Everywhere in Bangkok there are screens; on the Skytrain platforms, on the sides of buildings, screens, television screens, and more adverts and more screens, all snail white, snail white... It was 8am and I watched the city go to work, I saw beautiful and elegant Thai women, business women in suits, office girls, all with bleached faces, almost Geisha. I saw white gloves to hide brown hands and white tights to conceal brown legs. All of this, the complete opposite of European spray tan, the leathery orange faces of our pop stars and tacky reality television celebrities. Now I cannot make my mind up which is worse: Being born white-skinned and sun-bedding yourself cancer orange and walnut teak OR being born golden brown, olive-skinned, and bleaching yourself as acid white as arsenic, almond and powder cyanide. But the thick angry eyebrow thing was a big thing in Bangkok too. Fake aggressive crayoned-on eyebrows are bloody universal right now. Weird. Women's beauty is weird and poisonous. White skin aspiring to be golden-brown versus brown skin being bleached to be pale-white, the vanity of colour, that your skin tone is the key to your success and beauty is universally fucked up. Being born a mix of both white and black this continues to baffle me...I'll save all this for another blog.

Bangkok Accommodation: We chose a really good hotel in downtown Bangkok, off the Sukhumvit Road, to ease ourselves into holiday mode and get over any jet lag. I'd recommend it - The Legacy Suites - they have big clean rooms with air con. Friendly and approachable staff. Our room had a kitchenette and lush bath and power shower. There was a swimming pool and they served a fantastic pool-side breakfast. Plus we were not too far from the main thrum of bars and markets. We didn't sleep or take a nap, we were way too excited, and instead walked the length of Sukhumvit road in the midday sun like mad dogs, with a mission to get a local mobile telephone to contact our man in Bangkok. We learned that the good place to buy anything practical, like a phone and sim card, is the NBK shopping centre. It's so old school and surreal in there. They were piping out elevator christmas music, it was a maze of many levels, each floor a fluorescent glaring heaving 1970's shopping mall. On acid. The food hall was amazing, we tried the Thai style of cooking your own soup, adding ingredients to a broth and cooking it yourself there at your table ... we failed miserably ... jet lag kicking in ... and so needless to say, getting the Skytrain back to our hotel, jumping into the pool, then having an ice cold beer was pure heaven.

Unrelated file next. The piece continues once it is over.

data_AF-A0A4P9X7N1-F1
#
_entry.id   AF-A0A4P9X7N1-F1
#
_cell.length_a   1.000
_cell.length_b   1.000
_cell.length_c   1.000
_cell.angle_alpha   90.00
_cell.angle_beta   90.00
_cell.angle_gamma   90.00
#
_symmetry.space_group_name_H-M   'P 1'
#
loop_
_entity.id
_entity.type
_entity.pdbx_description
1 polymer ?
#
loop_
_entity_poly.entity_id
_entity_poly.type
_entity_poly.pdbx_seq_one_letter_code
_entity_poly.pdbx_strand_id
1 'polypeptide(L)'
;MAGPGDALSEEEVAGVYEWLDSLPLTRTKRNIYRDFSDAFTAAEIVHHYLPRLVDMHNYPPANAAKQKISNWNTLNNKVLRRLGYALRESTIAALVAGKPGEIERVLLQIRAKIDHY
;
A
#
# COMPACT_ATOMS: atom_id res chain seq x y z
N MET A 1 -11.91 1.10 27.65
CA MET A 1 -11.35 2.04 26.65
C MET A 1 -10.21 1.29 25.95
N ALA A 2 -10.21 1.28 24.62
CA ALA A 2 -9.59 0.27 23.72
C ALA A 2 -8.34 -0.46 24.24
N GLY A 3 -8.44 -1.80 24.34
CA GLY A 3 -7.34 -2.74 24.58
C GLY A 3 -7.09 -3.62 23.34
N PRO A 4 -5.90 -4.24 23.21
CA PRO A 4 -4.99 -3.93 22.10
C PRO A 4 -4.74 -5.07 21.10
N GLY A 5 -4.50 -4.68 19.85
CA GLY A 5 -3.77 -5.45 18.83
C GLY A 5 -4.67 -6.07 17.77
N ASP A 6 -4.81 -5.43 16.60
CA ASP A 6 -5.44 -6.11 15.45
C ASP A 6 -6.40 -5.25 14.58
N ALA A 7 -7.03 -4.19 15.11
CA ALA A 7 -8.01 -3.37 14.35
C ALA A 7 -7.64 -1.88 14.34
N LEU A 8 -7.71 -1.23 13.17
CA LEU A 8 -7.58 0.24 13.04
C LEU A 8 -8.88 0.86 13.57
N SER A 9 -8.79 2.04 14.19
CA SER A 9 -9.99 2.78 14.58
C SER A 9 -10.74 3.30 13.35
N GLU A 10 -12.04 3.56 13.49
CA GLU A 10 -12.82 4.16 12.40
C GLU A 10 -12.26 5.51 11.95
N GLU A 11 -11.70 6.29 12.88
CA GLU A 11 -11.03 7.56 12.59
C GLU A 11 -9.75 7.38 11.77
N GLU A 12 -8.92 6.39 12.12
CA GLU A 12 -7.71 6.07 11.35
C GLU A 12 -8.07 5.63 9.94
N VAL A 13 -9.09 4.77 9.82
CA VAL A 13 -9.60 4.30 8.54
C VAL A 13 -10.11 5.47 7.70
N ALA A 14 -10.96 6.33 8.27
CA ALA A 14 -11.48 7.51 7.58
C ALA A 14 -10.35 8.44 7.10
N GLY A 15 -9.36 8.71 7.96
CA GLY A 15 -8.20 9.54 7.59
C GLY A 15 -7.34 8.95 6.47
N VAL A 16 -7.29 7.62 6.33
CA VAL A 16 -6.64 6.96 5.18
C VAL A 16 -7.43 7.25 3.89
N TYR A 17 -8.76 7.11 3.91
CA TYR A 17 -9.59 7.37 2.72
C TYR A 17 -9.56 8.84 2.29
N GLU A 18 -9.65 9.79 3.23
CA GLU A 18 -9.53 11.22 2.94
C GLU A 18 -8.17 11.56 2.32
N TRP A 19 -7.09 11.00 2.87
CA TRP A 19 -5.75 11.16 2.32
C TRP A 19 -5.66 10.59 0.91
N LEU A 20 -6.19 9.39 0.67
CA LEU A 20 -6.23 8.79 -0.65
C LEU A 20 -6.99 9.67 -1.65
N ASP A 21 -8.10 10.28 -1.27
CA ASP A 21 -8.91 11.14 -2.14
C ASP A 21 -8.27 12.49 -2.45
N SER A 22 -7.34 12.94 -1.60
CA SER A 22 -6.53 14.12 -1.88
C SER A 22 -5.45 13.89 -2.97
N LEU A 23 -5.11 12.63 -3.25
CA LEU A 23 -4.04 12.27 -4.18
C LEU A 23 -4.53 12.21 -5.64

There are many beautiful temples and places to visit in Bangkok. We chose to take a sight-seeing boat trip down the winding Chao Prao river to see the Royal Palace and Wat Pho, the sacred temple with the gold reclining Buddha. It was crazy hot and itchy busy with hustlers, it was teeming with coach loads of tourists. We gave up at one point and started laughing and took photos of tourists taking photos of tourists taking photos of tourists. This photograph would be like an Escher painting of selfie sticks. It was overwhelming there; one man approached us and flashed a badge pretending to be policeman, he wanted money, he was a fake tour guide I think, but we managed to get rid of him. Then another man told us the Wat Pho temple was closed and he urgently wanted us to go with him to his temple or something or somewhere. God knows. Buddha knows. We were sweaty and pale, brand new holiday makers, fresh meat for vultures and hustlers. It was so exhausting saying to persistent hawkers no thank you no thank you no thank you but quite funny now, looking back. That afternoon was bizarre, it was a bit like going to Buckingham Palace at midday in a heat wave with one thousand Chinese tourists, why put yourself through that? If you do go to one of the Buddhist temples and you wear shorts or your dress is shorter than knee length you must cover up. Worth mentioning that you can get a cover up, a shawl, for FREE from the temple. There are dozens of people trying to sell them to tourists, a case of enter via the gift shop, never mind exit via the gift shop.